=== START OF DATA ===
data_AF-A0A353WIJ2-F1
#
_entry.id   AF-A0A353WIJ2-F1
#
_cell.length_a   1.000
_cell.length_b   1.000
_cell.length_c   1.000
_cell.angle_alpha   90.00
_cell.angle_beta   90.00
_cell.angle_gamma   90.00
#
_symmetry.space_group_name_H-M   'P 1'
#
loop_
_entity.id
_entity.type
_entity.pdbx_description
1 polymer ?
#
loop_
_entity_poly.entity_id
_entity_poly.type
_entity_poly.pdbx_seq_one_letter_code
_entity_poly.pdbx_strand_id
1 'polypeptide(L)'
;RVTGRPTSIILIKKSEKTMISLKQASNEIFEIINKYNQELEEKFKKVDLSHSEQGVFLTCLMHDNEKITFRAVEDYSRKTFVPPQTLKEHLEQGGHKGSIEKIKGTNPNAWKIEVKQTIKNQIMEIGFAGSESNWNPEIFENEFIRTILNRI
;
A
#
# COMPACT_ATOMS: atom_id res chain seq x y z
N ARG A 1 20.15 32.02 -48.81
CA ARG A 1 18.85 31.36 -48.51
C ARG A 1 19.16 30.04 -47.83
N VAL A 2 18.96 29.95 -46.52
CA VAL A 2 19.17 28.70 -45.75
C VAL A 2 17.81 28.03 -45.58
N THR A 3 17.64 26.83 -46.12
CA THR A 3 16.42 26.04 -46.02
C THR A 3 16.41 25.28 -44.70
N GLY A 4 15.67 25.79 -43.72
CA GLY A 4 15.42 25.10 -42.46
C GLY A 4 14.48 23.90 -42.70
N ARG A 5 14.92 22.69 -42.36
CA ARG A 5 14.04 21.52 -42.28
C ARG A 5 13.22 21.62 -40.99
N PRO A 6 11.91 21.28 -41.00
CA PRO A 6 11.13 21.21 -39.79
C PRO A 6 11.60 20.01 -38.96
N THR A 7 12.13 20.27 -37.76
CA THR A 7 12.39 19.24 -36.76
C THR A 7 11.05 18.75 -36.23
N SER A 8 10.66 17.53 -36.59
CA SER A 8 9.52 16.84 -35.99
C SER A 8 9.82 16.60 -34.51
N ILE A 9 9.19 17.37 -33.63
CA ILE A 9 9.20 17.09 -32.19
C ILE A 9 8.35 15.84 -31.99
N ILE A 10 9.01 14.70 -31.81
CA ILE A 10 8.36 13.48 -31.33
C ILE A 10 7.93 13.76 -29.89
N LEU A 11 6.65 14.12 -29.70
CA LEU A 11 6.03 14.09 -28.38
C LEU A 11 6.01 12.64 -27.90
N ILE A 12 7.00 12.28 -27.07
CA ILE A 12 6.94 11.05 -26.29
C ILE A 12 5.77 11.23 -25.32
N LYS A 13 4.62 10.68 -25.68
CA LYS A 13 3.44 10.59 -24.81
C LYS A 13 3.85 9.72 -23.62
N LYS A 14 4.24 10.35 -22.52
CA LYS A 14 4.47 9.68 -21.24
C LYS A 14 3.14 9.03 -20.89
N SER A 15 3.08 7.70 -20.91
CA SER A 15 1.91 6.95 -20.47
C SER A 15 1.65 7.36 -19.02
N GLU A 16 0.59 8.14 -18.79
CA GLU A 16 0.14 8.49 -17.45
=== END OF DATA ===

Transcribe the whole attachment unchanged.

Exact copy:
data_AF-A0A353WIJ2-F1
#
_entry.id   AF-A0A353WIJ2-F1
#
_cell.length_a   1.000
_cell.length_b   1.000
_cell.length_c   1.000
_cell.angle_alpha   90.00
_cell.angle_beta   90.00
_cell.angle_gamma   90.00
#
_symmetry.space_group_name_H-M   'P 1'
#
loop_
_entity.id
_entity.type
_entity.pdbx_description
1 polymer ?
#
loop_
_entity_poly.entity_id
_entity_poly.type
_entity_poly.pdbx_seq_one_letter_code
_entity_poly.pdbx_strand_id
1 'polypeptide(L)'
;RVTGRPTSIILIKKSEKTMISLKQASNEIFEIINKYNQELEEKFKKVDLSHSEQGVFLTCLMHDNEKITFRAVEDYSRKTFVPPQTLKEHLEQGGHKGSIEKIKGTNPNAWKIEVKQTIKNQIMEIGFAGSESNWNPEIFENEFIRTILNRI
;
A
#
# COMPACT_ATOMS: atom_id res chain seq x y z
N ARG A 1 20.15 32.02 -48.81
CA ARG A 1 18.85 31.36 -48.51
C ARG A 1 19.16 30.04 -47.83
N VAL A 2 18.96 29.95 -46.52
CA VAL A 2 19.17 28.70 -45.75
C VAL A 2 17.81 28.03 -45.58
N THR A 3 17.64 26.83 -46.12
CA THR A 3 16.42 26.04 -46.02
C THR A 3 16.41 25.28 -44.70
N GLY A 4 15.67 25.79 -43.72
CA GLY A 4 15.42 25.10 -42.46
C GLY A 4 14.48 23.90 -42.70
N ARG A 5 14.92 22.69 -42.36
CA ARG A 5 14.04 21.52 -42.28
C ARG A 5 13.22 21.62 -40.99
N PRO A 6 11.91 21.28 -41.00
CA PRO A 6 11.13 21.21 -39.79
C PRO A 6 11.60 20.01 -38.96
N THR A 7 12.13 20.27 -37.76
CA THR A 7 12.39 19.24 -36.76
C THR A 7 11.05 18.75 -36.23
N SER A 8 10.66 17.53 -36.59
CA SER A 8 9.52 16.84 -35.99
C SER A 8 9.82 16.60 -34.51
N ILE A 9 9.19 17.37 -33.63
CA ILE A 9 9.20 17.09 -32.19
C ILE A 9 8.35 15.84 -31.99
N ILE A 10 9.01 14.70 -31.81
CA ILE A 10 8.36 13.48 -31.33
C ILE A 10 7.93 13.76 -29.89
N LEU A 11 6.65 14.12 -29.70
CA LEU A 11 6.03 14.09 -28.38
C LEU A 11 6.01 12.64 -27.90
N ILE A 12 7.00 12.28 -27.07
CA ILE A 12 6.94 11.05 -26.29
C ILE A 12 5.77 11.23 -25.32
N LYS A 13 4.62 10.68 -25.68
CA LYS A 13 3.44 10.59 -24.81
C LYS A 13 3.85 9.72 -23.62
N LYS A 14 4.24 10.35 -22.52
CA LYS A 14 4.47 9.68 -21.24
C LYS A 14 3.14 9.03 -20.89
N SER A 15 3.08 7.70 -20.91
CA SER A 15 1.91 6.95 -20.47
C SER A 15 1.65 7.36 -19.02
N GLU A 16 0.59 8.14 -18.79
CA GLU A 16 0.14 8.49 -17.45